20 June 2022 Publications
20 June 2022 Publications
Last updated on Friday 25 Nov 2022 at 2:46pm
UK universities have become global institutions, with students, staff and research partnerships across the world. This has allowed the sector, and the UK, to flourish.
However, there are risks associated with internationalisation, which are increasingly dynamic and complex.
Threats from hostile state actors are the most prominent security issue universities face, but organisations face a range of other risks from state and non-state actors, who may:
seek personal, financial or social gain through actively hostile and illegal actions, such as cyber attacks, or through fraudulent or legally ambiguous business proposals and practices
try to increase their scientific and technological advantage over other countries for economic and military gain
seek to use these advantages to against their own people
use scientific and economic ties to the UK as a PR tool to gloss over human rights violations
The nature of threats, and the threat actors themselves, are not static. State and non-state actors may target and seek to exploit academic institutions and collaborations – for example, to transfer or steal information and intellectual property.
Because of this, institutions have continued to review and adapt their risk management processes. In recent years there has been a plethora of guidance on the matter. This can often feel overwhelming for universities and staff tasked with the reviewing existing and implementing new security policies.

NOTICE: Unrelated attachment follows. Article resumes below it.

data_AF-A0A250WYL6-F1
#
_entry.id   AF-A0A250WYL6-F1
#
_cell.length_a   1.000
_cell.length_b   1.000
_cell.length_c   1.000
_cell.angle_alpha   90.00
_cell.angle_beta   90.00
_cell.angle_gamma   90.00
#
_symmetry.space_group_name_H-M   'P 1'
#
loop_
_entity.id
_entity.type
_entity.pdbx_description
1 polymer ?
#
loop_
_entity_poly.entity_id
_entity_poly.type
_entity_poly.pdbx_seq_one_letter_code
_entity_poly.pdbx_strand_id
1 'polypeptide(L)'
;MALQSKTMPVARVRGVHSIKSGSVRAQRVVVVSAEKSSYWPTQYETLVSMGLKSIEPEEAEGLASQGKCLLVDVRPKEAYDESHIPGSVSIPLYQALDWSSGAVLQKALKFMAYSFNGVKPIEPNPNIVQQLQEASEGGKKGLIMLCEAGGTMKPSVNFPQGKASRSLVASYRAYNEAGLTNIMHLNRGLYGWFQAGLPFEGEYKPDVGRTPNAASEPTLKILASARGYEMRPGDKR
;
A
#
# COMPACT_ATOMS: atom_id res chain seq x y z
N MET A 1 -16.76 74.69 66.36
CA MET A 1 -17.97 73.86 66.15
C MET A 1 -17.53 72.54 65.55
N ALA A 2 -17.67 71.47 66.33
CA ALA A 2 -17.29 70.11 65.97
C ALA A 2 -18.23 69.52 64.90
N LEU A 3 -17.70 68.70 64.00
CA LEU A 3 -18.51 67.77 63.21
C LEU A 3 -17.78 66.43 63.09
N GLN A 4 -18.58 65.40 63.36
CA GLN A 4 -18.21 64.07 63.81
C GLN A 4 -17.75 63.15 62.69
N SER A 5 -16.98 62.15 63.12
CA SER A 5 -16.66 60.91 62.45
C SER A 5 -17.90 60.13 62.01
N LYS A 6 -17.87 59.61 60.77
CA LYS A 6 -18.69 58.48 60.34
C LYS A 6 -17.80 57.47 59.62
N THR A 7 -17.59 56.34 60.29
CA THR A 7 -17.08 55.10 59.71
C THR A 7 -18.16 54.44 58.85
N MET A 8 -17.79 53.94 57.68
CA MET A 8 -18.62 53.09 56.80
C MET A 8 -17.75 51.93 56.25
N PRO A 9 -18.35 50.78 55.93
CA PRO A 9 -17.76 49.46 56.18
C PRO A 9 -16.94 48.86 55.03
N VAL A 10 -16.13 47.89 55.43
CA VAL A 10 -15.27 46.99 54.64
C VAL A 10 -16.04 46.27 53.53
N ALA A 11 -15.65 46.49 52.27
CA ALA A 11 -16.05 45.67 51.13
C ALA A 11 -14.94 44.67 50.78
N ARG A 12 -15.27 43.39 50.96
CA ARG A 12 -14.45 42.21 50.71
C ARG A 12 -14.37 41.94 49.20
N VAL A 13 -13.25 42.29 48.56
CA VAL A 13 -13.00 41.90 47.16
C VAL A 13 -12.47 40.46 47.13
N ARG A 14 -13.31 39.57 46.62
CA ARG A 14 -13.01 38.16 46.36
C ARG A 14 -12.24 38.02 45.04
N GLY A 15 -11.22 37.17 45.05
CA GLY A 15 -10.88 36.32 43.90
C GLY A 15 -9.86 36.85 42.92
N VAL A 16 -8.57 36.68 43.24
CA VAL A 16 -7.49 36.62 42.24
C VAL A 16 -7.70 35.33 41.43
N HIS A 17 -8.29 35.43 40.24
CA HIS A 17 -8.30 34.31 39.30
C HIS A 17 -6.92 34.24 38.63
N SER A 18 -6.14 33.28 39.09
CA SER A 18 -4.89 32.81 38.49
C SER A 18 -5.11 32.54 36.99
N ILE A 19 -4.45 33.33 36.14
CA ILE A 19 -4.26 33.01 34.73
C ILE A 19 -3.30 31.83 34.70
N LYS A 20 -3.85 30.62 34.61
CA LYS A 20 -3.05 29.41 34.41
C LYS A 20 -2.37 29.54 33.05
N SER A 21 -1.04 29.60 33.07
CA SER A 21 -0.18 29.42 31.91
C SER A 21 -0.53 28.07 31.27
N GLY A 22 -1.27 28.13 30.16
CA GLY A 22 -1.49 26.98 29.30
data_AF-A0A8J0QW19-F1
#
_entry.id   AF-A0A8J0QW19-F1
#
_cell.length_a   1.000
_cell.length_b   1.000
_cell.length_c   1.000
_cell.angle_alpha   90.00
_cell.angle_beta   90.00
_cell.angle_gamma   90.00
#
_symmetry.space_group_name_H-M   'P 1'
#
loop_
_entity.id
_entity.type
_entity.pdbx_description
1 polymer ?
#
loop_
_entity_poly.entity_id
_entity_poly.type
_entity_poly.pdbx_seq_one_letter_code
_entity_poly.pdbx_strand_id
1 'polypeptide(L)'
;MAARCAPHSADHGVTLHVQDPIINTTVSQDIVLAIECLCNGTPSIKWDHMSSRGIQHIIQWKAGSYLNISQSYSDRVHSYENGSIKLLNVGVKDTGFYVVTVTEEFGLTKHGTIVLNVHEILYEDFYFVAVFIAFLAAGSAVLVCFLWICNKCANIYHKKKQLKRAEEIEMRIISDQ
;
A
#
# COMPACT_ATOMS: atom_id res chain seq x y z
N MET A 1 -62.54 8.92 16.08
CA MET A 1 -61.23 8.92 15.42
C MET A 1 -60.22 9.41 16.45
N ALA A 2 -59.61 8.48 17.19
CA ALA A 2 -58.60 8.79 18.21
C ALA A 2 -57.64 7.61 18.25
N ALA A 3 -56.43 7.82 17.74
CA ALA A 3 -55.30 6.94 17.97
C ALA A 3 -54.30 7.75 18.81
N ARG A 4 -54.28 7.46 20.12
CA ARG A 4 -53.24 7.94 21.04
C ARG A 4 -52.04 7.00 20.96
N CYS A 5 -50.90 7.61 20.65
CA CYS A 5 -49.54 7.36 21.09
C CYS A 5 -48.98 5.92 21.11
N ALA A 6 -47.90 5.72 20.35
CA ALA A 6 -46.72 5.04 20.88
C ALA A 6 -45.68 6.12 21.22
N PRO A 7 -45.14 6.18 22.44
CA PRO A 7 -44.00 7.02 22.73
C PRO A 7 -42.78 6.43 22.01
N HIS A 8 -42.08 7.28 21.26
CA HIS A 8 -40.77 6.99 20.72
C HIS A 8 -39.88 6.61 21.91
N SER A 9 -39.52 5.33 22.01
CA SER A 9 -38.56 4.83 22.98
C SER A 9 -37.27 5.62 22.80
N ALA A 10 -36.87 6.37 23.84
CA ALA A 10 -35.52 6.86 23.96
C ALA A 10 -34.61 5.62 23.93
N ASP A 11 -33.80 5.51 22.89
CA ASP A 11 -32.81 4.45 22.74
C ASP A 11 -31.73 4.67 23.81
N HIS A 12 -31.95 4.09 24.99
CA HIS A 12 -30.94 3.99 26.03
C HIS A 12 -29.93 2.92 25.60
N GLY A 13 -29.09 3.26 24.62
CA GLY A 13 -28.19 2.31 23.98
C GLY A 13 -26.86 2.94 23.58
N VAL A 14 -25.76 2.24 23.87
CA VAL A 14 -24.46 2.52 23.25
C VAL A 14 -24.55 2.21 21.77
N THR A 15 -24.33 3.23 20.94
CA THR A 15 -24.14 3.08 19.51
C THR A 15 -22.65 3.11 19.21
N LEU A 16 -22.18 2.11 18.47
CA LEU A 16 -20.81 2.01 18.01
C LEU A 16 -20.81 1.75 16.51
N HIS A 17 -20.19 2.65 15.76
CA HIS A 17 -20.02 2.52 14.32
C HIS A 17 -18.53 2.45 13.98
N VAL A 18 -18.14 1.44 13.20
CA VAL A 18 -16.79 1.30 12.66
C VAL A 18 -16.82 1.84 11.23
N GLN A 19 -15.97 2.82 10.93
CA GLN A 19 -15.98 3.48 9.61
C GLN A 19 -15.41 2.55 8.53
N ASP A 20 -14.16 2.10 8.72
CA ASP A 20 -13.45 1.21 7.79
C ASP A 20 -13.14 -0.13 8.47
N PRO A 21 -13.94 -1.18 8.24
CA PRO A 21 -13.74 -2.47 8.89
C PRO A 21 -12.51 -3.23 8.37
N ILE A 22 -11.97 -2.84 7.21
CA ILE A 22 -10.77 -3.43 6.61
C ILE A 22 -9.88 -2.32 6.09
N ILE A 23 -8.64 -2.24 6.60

To this end, Universities UK (UUK), Centre for the Protection of National Infrastructure (CPNI) and UK Research and Innovation (UKRI) have released a new publication.
Managing risks in international research and innovation: An overview of higher education sector guidance outlines the main security threats that universities face, and summarises three major pieces of guidance universities should acquaint themselves with. It also proposes steps universities should take to implement the guidance, and provides case studies from institutions.
Among top recommendations are that all universities appoint a member of their senior leadership team to take responsibility of security-related matters and convene a taskforce from internal stakeholders to review existing processes.
Universities have taken a range of actions to tackle these threats, including, but not limited to:
unifying due diligence management across departments, e.g. research, finance, and philanthropy
expanding risk registers and sharing them across teams within a given institution
upgrading due diligence processes and checks
updating, revising or creating policies on institutional values, academic freedom and freedom of speech
improving policy and training programmes, staff training on security related matters, and creating new working groups or reporting processes
conducting cyber-attack and physical penetration tests to update virtual and physical security infrastructure
‘stress testing’ policies, such as using phishing email tests, visitor simulations, and crisis procedures against use cases
We also strongly recommend that universities develop a plan to ensure that practitioners, academics, and broader academic services staff are aware of policy updates and their rationale and buy-in to the reasons for updates and changes. These plans should be regularly revisited and reviewed to reflect changing security priorities and threats. The report includes case studies on how universities are doing this.